Assessing the Effective CO2 Storage Capacity of a Reservoir Using a Geomechanical Framework: A Case Study of a Site in the Arches Province of the Midwest U.S

Authors: 
Pasumarti, A. - Presenter, Battelle Memorial Institute
Raziperchikolaee, S., Battelle Memorial Institute
Sminchak, J., Battelle
Gupta, N., Battelle
Geological storage in deep saline formations has gathered much attention over last two decades as an effective strategy to combat rising anthropogenic emissions of CO2. With Carbon Capture and Storage (CCS) initiatives gathering momentum, focus has recently shifted into examining the geomechanical risks associated with injecting CO2 into formations on the scale of megatons. For many of the deeper formations in the Midwest, there are only limited studies analyzing the effects of CO2 injection using an approach of multiphase fluid flow simulations coupled with geomechanics. This paper addresses this gap by describing the results of a reservoir simulation study performed on the Mount Simon and the Eau Claire formations. First, the framework for conducting a study that assesses the twin risks of surface deformation and the possibility of induced fractures, is described. Subsequently, we demonstrate the utility of this framework by quantifying the effective CO2 storage capacity of a formation, in a case-study of a CO2injection test well drilled into the Mount Simon formation in Boone County, Kentucky, U.S.A.

We begin with an outline of the methodology for obtaining the relevant parameters, emphasizing the uncertainty inherent in quantifying the geomechanical rock properties in particular (e.g. Young’s Modulus, Poisson’s Ratio). We then describe the details of the coupled reservoir-geomechanics simulation study required to comprehensively estimate the effective storage capacity of the formation, within allowable thresholds. This section will include a discussion of coupled reservoir-geomechanics model construction, choice of scenarios to adequately model the uncertainty in the geomechanical properties, as well as an interpretation of the results for surface deformation and the effective stress changes that can lead to fracturing in the relevant formations.

This framework will be illustrated via the study performed for a CO2 injection test well drilled through the Cambrian Eau Claire Formation (caprock) into the Mount Simon Sandstone (storage formation). Given that only a limited number of geomechanical rock tests were performed, this data served as valuable calibration points for geophysical log analysis. Well-logs were studied to understand the distribution of geomechanical properties as well as to determine the stress magnitude for each formation. These considerations were important in the design (e.g. lateral extent, gridding size, layering) of the coupled reservoir-geomechanics model. The reservoir model was comprised of the caprock overlying the aquifer and the geomechanical model consisted of layers from the basement up to the surface in the simulation. Since most of the parameters describing the formations were derived from a predominantly log-based analysis, significant uncertainty was deemed to be inherent in the model – and as a consequence, in the estimates for the effective storage capacity of the formation. The sensitivity study designed to address this uncertainty, encompassed a variety of scenarios with the best-case and worst-case combination of property values, and by considering different bottom-hole pressure constraints. In addition to the standard examination of formation pressures and CO2plume migration, simulation results were also interpreted to quantify the range of injected volumes such that there was minimal risk of fault activation, hydraulic fracturing, and that the surface deformation was less than 30mm.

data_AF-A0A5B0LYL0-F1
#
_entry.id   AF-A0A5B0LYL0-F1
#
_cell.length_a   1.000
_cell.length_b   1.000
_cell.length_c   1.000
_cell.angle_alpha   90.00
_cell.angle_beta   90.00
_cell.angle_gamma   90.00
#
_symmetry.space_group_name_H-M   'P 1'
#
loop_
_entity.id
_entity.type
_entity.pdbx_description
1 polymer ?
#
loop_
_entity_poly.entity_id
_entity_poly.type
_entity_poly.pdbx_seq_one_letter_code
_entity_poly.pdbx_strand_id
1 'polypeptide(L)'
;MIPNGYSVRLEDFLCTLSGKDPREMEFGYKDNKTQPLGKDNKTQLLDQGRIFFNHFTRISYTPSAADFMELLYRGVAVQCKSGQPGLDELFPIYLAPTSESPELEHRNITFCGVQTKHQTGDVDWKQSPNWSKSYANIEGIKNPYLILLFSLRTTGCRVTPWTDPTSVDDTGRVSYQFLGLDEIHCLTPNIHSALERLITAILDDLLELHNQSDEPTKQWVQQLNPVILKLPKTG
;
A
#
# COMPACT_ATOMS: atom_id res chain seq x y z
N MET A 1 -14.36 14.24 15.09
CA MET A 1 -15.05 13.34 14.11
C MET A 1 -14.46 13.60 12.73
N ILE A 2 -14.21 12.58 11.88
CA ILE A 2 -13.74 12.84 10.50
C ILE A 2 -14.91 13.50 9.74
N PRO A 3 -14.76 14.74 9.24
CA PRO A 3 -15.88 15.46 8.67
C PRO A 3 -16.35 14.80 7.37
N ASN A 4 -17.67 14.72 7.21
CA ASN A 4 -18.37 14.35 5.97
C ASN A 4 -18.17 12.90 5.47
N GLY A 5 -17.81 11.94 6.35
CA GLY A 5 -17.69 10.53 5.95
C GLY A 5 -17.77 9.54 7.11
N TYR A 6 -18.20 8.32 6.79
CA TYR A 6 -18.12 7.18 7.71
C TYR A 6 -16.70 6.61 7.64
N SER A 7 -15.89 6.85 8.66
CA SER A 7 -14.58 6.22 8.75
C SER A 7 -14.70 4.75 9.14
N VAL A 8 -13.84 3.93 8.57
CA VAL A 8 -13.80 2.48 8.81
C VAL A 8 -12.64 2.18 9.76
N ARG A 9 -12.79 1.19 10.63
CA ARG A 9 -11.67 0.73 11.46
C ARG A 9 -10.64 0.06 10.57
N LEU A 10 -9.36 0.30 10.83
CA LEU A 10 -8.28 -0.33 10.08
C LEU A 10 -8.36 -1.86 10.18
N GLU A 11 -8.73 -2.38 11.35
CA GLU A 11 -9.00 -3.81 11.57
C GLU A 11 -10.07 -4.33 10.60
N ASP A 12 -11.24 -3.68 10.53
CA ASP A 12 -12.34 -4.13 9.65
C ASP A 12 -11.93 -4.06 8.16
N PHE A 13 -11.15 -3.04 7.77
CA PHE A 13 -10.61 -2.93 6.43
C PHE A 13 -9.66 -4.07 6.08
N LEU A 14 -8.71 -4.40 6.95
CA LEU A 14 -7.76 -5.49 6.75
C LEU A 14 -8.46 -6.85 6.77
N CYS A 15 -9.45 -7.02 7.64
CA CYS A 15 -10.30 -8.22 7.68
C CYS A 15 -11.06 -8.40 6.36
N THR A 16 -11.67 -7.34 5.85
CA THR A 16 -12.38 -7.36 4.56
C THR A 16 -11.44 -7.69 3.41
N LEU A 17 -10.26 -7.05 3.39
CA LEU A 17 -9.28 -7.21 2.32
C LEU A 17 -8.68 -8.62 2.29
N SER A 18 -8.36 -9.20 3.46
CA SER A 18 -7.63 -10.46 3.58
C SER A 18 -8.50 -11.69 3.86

This research was supported by the U.S. DOE / National Energy Technology Laboratory (Contract DE-FE0023330) and the Ohio Development Services Agency Ohio Coal Dev. Office (Grant CDO-D-14-17).

Abstract: